When movie crews descended on Jackson in 2010 to film The Help, based on Kathryn Stockett’s novel about the city’s maids in the 1960s, they transformed the streets of its trendiest neighborhood into a retro backdrop. Given locals’ loyalty to mom-and-pop stores like Brent’s Drugs, where you can still sit at the counter and order a chocolate malt, it didn’t take much to pull off cinematic time travel.
This year, Jackson marked the anniversary of one of its most difficult moments 50 years ago, when the civil rights activist Medgar Evers was shot in his driveway by a white supremacist.
A lot has changed here in 50 years, though Jackson’s population of fewer than 200,000 still gives it the familiarity of a big country town. Over a dish of peach cobbler at one of the city’s beloved dining spots you can feel time rewind, and Mississippians’ old-fashioned charm is no rumor.
Lately, top-notch restaurants and music venues have joined Jackson’s soul-food restaurants, creating a relaxed marriage of old and new. With community groups organizing music, food and art festivals seemingly every weekend, there’s never been a better time to visit the self-proclaimed City With Soul. If you’ve got a long weekend, from Friday afternoon to Sunday brunch, here are some suggestions.
Born in Jackson, Welty lived here most of her life and made Mississippi her subject. You can tour her home, which is arranged to look as it did when she was still writing in the 1980s. Then, the couches, coffee tables and chairs were stacked high with books, which guests had to move to find a seat. Guided tours are available Tuesday through Friday at set times (tickets, $5).
Next, take a lap around the Belhaven University campus, across the street from the Eudora Welty House, and breathe in the scent of magnolia, the state flower.Living history:
The lights are just one of the ornate building’s eccentricities, the stories of which provide a candid portrait of the state’s history. The Confederate battle emblem still occupies a corner of the state’s banner, and the face of the Choctaw Indian Theresa Whitecloud is at the top of the Senate rotunda. A ghostly portrait of Gov. James Vardaman in the first-floor hallway has him looking as pale as a vampire. You can take a self-guided tour, or come by earlier in the day for a free guided tour.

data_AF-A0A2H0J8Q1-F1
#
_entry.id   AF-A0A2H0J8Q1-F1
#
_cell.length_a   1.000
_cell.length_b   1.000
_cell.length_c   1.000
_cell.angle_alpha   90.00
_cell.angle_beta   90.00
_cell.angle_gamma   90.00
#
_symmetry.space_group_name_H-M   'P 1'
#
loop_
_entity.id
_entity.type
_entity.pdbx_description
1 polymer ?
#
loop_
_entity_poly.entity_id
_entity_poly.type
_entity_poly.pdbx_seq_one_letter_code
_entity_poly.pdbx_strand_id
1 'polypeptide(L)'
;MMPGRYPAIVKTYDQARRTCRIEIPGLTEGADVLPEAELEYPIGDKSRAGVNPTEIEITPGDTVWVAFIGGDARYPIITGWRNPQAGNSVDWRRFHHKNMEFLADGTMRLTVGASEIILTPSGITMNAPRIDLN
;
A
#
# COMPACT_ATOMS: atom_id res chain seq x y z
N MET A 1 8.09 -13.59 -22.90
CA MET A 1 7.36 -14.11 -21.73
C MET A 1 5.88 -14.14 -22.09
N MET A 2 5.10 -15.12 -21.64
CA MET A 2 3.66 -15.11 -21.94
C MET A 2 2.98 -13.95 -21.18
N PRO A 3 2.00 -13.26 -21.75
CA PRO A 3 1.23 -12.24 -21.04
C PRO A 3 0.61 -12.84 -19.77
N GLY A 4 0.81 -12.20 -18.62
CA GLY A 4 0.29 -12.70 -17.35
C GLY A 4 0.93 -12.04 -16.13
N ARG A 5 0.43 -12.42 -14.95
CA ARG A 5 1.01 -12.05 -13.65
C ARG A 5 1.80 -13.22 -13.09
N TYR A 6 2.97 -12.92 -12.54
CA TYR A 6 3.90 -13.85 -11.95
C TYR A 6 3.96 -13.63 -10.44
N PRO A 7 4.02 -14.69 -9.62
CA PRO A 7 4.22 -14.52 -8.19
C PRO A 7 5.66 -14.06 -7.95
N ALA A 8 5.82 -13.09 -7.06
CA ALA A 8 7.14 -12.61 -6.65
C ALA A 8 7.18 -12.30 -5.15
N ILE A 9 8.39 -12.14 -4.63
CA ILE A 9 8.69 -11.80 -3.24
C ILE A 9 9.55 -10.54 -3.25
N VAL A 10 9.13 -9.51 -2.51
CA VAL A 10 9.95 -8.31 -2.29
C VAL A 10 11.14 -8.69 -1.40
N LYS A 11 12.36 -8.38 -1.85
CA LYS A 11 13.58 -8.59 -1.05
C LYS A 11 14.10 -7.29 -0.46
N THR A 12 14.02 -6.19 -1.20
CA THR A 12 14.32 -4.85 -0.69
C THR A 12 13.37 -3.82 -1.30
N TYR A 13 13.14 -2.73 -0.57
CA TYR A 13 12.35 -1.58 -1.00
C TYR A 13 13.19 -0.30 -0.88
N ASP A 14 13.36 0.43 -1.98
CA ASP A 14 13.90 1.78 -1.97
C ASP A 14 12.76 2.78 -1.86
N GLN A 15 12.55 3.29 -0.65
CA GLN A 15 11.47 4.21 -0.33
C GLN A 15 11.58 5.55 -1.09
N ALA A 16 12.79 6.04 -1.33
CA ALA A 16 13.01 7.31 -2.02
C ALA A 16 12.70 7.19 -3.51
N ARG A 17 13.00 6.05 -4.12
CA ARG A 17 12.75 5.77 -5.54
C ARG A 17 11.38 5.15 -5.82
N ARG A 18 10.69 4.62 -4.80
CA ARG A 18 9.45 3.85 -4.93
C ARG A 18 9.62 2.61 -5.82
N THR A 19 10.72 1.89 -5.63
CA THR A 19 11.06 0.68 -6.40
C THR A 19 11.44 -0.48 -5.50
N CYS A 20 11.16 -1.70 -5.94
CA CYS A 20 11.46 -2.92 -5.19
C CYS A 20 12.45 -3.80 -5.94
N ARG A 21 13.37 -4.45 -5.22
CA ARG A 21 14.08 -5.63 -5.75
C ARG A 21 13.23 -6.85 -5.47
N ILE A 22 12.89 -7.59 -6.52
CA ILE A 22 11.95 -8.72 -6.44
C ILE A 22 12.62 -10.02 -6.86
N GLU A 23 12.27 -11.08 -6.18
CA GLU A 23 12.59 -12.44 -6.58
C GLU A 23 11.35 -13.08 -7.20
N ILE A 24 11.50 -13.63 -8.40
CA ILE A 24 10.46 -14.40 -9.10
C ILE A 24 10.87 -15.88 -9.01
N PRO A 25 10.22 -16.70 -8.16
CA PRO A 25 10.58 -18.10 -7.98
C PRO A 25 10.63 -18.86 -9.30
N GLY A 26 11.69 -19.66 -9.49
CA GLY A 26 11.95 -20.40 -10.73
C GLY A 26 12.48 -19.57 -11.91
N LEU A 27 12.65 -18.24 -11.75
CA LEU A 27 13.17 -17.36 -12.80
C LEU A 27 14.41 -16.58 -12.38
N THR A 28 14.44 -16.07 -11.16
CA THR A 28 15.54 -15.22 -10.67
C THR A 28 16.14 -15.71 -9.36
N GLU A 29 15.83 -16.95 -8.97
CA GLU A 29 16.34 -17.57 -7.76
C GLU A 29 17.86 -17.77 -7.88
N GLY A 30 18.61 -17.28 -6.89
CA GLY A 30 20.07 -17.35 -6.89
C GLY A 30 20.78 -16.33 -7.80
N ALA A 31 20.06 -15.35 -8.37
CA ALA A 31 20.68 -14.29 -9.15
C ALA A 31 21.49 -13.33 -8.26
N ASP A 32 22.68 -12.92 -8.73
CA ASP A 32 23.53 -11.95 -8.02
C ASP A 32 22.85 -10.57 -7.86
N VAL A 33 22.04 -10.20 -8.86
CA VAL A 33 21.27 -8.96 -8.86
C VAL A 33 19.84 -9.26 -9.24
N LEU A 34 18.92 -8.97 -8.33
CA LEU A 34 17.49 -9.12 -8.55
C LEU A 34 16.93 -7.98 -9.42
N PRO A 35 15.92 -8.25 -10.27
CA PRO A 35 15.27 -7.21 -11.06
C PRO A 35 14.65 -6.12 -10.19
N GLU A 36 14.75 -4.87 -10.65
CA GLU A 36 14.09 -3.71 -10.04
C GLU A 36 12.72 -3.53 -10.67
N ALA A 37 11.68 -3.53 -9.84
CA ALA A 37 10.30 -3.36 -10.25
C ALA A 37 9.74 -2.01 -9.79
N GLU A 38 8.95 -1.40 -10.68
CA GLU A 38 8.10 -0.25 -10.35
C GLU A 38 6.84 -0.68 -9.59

SATURDAYA venerable survivor:
When he was a field officer for the NAACP, Medgar Evers had a small office above the restaurant, and he used to hold meetings inside with Freedom Riders, one of whom was the owner’s mother. Although the street, bustling then, is now mostly silent, little seems to have changed inside the restaurant. A gleaming soda vending machine nods to the present, and after you taste the homemade hot sauce, you’ll be grateful for this allowance.
Evans started the store because he had a hard time finding books in pre-Amazon.com Jackson. Today he’s cultivated sections on everything Southern, from cooking to gardening, literature to religion. Lemuria also has a room of rare, signed books. Beholding Faulkner’s signature on a limited-edition print is humbling. Check out the website’s events section to find out if you’ll be in town during a book signing with one of your favorite writers.Fondren finds: The Help
Next explore the shops inside the mixed-use building Fondren Corner, like Blithe and Vine, which sells designer clothing and jewelry, or Swell-O-Phonic, offering snarky Jackson-themed T-shirts ($20) and skate gear. When you’ve finished shopping, sit on the patio at Babalu, a tapas restaurant, with a Cat 5 in your hand — similar to a mojito, but with Mississippi-made Cathead Vodka instead of rum.At the drive-in: Going underground: